Remember this is only for testing in California using a single safety criterion. We haven’t seen testing in New York or Minnesota. (It’s noteworthy that Arizona is allowing autonomous cars on their roads without any testing requirements). So the safeness of Level 5 (no human) cars is still an open question and will be for a few years. The Economist Magazine quotes Takao Asami of the Renault-Nissan-Mitsubishi alliance saying “Simple accumulation of mileage will never prove that the vehicle is safe,” so remember the Kelley Blue Book survey showed that only 13% of people surveyed would buy one.
SOME PRACTICAL QUESTIONS
According to Wired Magazine a lower level autonomous that you can buy today, with just cameras and radar, generates something like 6 gigabytes of data every 30 seconds. It’s even more for a self-driver, with additional sensors like lidar. All the data needs to be combined, sorted, and turned into a robot-friendly picture of the world, with instructions on how to move through it. A Level 5 car will need a processor that delivers 30 trillion operations per second on what’s called an SOC or system on chip. That takes huge computing power, which means huge electricity demands. Prototypes use around 2,500 watts, enough to light 40 incandescent light bulbs”
Providing internal combustion for power supply doesn’t make sense. If you relied on the existing EV configurations the operating range will be reduced. This may not be an immediate problem. The Wired article suggest that the first Level 5 cars will be sold as fleets for urban use only traveling at slow speeds and within close range of charging stations (however see comment in section on Charging). Chip manufacturing companies are jumping in with more efficient processers. .
The ultimate goal is to a computer where heat generation is 500 watts and can fit in the space of a glove box for easy access for updating. Again, the first generation of these won’t be in showrooms. The market will be crippled if there’s no room for groceries
According to Wikipedia there are 764,666 highway electrical vehicles (EV) on the road at the end of 2017and according to the Department of Energy there are about 17,000 public electrical charging stations (not including residential). Actual connection points are just under 50,000. A Wall Street Journal says there are 44,000 in the US but logic says that this doesn’t include private home-based devices.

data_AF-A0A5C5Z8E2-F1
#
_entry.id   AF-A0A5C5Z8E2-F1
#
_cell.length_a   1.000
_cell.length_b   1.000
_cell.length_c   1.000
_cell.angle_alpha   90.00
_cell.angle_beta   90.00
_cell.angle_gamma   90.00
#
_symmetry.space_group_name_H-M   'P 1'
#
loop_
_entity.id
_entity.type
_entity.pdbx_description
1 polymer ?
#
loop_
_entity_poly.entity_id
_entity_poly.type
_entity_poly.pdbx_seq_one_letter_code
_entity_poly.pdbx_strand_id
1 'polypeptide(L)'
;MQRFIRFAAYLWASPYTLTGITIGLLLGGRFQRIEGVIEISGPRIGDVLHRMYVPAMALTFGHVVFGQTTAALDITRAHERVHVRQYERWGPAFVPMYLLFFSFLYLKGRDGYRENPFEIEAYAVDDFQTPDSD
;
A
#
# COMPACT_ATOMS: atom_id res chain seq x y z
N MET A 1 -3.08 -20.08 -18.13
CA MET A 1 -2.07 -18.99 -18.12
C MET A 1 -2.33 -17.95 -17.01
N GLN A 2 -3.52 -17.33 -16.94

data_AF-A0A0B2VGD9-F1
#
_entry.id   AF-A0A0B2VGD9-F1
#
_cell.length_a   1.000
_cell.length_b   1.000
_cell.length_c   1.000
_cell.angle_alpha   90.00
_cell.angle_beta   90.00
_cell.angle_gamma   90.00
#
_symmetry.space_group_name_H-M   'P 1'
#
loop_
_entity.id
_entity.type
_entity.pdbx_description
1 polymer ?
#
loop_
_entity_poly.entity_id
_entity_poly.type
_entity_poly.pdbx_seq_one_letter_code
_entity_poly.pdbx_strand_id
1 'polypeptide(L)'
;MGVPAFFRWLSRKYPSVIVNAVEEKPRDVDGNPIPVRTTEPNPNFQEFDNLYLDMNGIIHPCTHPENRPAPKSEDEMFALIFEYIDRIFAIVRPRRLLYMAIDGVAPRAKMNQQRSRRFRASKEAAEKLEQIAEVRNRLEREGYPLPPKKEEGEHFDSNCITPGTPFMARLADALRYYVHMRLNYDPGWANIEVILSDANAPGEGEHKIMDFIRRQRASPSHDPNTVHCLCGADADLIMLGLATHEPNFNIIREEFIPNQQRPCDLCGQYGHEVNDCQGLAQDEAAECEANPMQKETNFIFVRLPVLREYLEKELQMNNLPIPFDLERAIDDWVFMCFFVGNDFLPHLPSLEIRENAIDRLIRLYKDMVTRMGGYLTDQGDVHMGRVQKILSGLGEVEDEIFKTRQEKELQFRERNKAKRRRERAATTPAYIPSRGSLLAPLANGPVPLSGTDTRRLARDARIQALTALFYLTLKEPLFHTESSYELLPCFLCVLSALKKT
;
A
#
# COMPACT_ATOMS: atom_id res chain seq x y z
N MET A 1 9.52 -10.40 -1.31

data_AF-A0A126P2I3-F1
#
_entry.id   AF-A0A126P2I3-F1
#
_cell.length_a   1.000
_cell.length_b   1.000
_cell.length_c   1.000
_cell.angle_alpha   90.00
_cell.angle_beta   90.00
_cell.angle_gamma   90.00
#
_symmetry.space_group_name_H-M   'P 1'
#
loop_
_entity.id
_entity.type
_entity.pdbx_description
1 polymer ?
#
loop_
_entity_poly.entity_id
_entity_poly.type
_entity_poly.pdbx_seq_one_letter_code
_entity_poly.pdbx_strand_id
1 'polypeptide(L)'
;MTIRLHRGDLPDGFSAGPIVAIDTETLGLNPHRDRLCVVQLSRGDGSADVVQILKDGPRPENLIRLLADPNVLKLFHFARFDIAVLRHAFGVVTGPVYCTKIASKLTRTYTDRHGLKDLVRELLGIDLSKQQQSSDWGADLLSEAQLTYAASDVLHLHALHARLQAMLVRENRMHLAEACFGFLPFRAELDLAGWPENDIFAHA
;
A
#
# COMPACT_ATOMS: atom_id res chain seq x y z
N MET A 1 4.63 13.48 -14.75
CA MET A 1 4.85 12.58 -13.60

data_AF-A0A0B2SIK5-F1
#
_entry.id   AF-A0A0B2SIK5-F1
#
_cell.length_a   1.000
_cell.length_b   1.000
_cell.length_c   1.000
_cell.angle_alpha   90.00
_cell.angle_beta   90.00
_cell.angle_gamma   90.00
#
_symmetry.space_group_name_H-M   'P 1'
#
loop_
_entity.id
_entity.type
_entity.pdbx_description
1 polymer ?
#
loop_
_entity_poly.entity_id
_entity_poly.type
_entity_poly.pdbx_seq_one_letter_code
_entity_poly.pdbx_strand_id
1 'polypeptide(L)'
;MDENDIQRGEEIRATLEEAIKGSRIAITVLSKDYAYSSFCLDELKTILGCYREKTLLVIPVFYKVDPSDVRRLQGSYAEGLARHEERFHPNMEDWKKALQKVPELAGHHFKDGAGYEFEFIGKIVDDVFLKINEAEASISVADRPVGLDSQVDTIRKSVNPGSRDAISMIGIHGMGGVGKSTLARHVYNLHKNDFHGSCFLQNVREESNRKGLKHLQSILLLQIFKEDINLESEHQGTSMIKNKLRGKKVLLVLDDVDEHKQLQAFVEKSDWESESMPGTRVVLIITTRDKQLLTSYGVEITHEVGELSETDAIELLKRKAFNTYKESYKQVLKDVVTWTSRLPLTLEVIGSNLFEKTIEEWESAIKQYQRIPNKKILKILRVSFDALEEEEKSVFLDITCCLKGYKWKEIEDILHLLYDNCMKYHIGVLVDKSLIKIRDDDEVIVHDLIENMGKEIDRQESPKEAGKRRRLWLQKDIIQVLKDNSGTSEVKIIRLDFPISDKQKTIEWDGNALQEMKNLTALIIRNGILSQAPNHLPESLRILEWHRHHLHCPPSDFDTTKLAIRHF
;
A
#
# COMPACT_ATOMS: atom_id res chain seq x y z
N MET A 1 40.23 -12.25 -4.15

There are two types of home charging for an EV, 120 volt AC and 240 volt. AC You can plug the car into an ordinary wall socket with 120 volt but it will be very slow and probably require overnight charging. Residential central air conditioner compressors often run at 240 so you could have an electrical install this assuming your house service has the capacity. All US cars have compatible ports for these voltages.
There is a faster charging type that runs on direct current (DC) which is limited to public charging stations because DC power must be provided with the help of utilities. All US (except Tesla) and German cars use one kind of connector for this. Nissan, Mitsubishi and Kia us a different one and Tesla uses its own for its network of fast charging stations.
How will the Level 5 vehicles get charged? Will they go to a special station where someone manually connects the car just like the old full service gas stations?
With the onset of more electrically powered vehicles (although the EV future currently looks limited, the burden on the electrical grid will increase, but that issue is for another blog.
Part 3 will discuss how the market will work for autonomous vehicles, some additional technical topics and the fractured regulatory framework.